With its expansive forests, water resources, and spectacular vistas, the Catskill Park has been at the forefront of the Open Space Institute's land protection efforts since the time of its founding. Today, OSI is building on this commitment to conservation in the Catskills by making its protected land more accessible to visitors.
In 2019, OSI completed nine projects in the Catskill Park, protecting more than 1,500 acres, safeguarding a critical water source, and driving two impressive trail projects.
OSI’s year of conserving the Catskills began just a short ride from the city of Kingston, with the protection of a 208-acre property linking two sections of the Bluestone Wild Forest: Jockey Hill to the east and Onteora Lake to the west.
Then, OSI worked with partners, including Woodstock Land Conservancy and bicycle advocacy group Fats in the Cats to build a two-mile trail on the newly protected land, connecting existing trails within the forest, before transferring the property to the New York State Department of Environmental Conservation (DEC) as an addition to Bluestone.
“First we linked the properties and then we linked the trails,” says Tom Gravel, who oversees OSI’s conservation projects in the Catskills. “Together, these projects are creating a first-class destination for mountain bikers, walkers, and hikers.”
Not far from Bluestone and just west of the Ashokan Reservoir, the Sundown Wild Forest offers miles of hiking trails through thick pine forest. Here, OSI protected three properties, totaling more than 1,300 acres, all within the Ashokan Reservoir watershed. These acres add to the protected lands that naturally filter drinking water for millions of New York City residents.
On one of these projects, OSI worked with Delia and Sam Adams to conserve their family land. Delia recalls a conversation she had more than 50 years ago with her dad, Lawrence Kelder, when he introduced the idea of protecting the family property. ‘There is a great need in this world for conservation,’ he said to me, and that was a revolutionary statement. In the 1960s almost no one knew what the word conservation meant, but that idea has shaped our family’s entire relationship to this land.”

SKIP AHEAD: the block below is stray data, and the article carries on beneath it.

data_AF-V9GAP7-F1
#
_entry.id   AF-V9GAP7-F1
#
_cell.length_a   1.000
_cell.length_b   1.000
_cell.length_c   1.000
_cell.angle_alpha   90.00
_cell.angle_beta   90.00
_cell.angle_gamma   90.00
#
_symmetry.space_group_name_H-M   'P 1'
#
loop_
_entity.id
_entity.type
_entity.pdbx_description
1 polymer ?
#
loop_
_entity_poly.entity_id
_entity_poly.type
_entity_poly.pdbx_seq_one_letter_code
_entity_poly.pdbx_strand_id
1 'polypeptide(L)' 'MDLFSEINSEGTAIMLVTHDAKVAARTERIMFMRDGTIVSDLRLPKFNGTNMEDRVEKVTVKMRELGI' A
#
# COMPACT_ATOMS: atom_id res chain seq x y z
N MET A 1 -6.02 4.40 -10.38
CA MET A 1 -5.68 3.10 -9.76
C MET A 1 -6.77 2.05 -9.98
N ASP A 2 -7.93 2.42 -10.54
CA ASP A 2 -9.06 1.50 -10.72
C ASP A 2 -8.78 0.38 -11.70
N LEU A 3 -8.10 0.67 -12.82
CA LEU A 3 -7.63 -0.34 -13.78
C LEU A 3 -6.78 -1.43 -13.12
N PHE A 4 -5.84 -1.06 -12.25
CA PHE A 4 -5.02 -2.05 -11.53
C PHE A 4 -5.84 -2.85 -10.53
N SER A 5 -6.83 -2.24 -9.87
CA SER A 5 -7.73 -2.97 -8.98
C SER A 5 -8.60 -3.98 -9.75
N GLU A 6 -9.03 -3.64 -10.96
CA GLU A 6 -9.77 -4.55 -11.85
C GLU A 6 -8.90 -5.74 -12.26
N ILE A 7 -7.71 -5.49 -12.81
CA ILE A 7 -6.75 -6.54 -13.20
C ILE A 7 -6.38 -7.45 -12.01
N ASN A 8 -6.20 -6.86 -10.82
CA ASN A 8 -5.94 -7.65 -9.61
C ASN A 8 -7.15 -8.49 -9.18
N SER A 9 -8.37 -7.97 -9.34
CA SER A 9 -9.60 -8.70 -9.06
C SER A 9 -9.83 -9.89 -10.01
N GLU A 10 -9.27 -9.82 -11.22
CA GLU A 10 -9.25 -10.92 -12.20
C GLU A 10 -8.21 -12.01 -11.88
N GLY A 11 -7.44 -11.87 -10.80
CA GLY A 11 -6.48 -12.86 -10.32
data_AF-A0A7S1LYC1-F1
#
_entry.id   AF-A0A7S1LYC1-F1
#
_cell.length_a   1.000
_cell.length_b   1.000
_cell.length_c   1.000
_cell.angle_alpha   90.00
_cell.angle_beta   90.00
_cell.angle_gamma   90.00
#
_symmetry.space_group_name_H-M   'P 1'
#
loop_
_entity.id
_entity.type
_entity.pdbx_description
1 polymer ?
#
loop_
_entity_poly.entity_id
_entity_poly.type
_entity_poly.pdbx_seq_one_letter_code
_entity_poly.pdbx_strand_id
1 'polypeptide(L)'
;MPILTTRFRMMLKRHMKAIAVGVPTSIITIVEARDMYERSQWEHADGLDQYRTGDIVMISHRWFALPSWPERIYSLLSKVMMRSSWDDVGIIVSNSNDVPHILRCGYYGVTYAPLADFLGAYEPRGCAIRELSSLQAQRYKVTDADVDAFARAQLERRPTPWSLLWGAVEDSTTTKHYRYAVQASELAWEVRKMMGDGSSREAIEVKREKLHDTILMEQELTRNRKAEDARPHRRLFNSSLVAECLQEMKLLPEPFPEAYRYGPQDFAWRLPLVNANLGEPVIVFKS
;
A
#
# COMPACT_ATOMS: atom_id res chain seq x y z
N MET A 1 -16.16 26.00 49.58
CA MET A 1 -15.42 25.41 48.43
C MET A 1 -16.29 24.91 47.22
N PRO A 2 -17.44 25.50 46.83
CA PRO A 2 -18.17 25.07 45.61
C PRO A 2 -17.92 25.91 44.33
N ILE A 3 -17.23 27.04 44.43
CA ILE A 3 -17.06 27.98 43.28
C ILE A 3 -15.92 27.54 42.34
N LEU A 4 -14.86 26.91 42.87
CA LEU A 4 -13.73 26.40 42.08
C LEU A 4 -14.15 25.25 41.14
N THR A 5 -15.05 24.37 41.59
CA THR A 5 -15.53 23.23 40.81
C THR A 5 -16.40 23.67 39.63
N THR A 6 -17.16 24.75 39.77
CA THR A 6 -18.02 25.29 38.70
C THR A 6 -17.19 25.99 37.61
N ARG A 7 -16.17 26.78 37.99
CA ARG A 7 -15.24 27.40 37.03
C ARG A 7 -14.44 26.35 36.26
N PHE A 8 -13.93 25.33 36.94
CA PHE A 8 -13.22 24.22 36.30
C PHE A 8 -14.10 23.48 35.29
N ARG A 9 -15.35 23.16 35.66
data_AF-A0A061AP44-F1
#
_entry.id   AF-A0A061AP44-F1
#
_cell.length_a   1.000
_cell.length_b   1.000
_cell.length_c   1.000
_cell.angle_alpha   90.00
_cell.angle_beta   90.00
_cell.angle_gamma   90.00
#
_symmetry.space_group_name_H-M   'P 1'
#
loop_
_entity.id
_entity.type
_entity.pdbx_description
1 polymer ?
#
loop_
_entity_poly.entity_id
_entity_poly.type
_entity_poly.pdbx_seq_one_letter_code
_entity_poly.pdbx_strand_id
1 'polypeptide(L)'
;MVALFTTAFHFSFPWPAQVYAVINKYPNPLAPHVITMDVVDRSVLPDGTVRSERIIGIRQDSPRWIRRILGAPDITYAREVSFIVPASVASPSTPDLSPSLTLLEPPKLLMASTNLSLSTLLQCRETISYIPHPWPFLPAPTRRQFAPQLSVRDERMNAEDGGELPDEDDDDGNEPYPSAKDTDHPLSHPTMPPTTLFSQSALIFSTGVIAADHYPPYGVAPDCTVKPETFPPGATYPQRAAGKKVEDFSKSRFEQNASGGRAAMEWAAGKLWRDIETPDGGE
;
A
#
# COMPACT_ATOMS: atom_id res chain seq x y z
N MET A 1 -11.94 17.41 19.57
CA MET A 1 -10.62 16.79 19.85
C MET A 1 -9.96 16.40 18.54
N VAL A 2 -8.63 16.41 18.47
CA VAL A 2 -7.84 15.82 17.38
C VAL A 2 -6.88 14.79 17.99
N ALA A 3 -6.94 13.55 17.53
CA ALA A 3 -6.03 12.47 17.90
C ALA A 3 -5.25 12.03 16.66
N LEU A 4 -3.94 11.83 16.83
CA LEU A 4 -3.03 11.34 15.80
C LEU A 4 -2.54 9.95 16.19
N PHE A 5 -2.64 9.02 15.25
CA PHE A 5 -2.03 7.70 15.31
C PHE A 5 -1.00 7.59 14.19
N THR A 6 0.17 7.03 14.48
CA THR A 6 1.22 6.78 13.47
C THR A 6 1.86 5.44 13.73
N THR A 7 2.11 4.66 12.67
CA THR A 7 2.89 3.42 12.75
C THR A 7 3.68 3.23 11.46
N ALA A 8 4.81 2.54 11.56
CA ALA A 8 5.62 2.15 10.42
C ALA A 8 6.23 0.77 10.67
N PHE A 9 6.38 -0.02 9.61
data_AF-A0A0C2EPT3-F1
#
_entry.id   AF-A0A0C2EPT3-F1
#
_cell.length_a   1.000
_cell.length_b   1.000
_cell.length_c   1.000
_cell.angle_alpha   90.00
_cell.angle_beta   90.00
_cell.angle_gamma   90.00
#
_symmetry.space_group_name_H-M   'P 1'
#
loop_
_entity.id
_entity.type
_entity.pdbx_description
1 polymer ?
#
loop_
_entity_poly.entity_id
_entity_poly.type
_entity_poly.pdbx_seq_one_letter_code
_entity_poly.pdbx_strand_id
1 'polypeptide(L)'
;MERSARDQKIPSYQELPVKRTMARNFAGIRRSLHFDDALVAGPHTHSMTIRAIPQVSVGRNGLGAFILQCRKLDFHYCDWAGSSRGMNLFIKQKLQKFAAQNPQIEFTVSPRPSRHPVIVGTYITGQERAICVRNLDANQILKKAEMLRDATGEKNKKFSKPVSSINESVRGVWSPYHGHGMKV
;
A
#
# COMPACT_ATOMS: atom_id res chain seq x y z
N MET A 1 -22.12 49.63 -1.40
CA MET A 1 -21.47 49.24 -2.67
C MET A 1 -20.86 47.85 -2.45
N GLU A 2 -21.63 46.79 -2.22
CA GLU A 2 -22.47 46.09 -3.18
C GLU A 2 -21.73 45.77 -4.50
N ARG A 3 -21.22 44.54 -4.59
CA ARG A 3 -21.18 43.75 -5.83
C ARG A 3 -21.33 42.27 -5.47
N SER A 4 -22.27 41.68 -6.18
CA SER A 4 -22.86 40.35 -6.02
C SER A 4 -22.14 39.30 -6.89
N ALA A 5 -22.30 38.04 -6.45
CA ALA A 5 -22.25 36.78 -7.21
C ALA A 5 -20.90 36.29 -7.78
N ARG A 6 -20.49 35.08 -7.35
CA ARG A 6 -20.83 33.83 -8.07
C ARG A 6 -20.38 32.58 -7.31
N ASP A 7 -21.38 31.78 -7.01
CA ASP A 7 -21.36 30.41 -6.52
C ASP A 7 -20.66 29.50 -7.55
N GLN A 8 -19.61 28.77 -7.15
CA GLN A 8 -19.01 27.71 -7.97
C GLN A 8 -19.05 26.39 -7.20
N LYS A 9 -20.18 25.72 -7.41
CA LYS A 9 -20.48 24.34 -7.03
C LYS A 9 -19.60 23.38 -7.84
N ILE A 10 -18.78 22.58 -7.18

Family connections drove the conservation of another OSI Sundown acquisition; the now protected Golden lands also have the potential to serve as an eastern access point to the popular Ashokan High Point Trail.
In 2019, OSI also transferred an additional 247 acres to the DEC; one property was added to Vernooy Kill State Forest; the other to the Sundown Wild Forest.
To cap off the year, OSI joined with the community to celebrate the opening of the 11-mile Ashokan Rail Trail, which was conceived after OSI provided a $150,000 engineering grant to Ulster County to assess the feasibility of the project.
Reflecting on a year filled with Catskill projects, Gravel is proud of all that got done. “Working with families and partners who share OSI’s love of the land and are eager to protect it is always gratifying,” says Tom. “By making the Catskills more inviting, we’re hoping that today’s children will be similarly inclined to protect the Park. That’s what I am hoping every time I bring my daughters out for a hike in these woods.”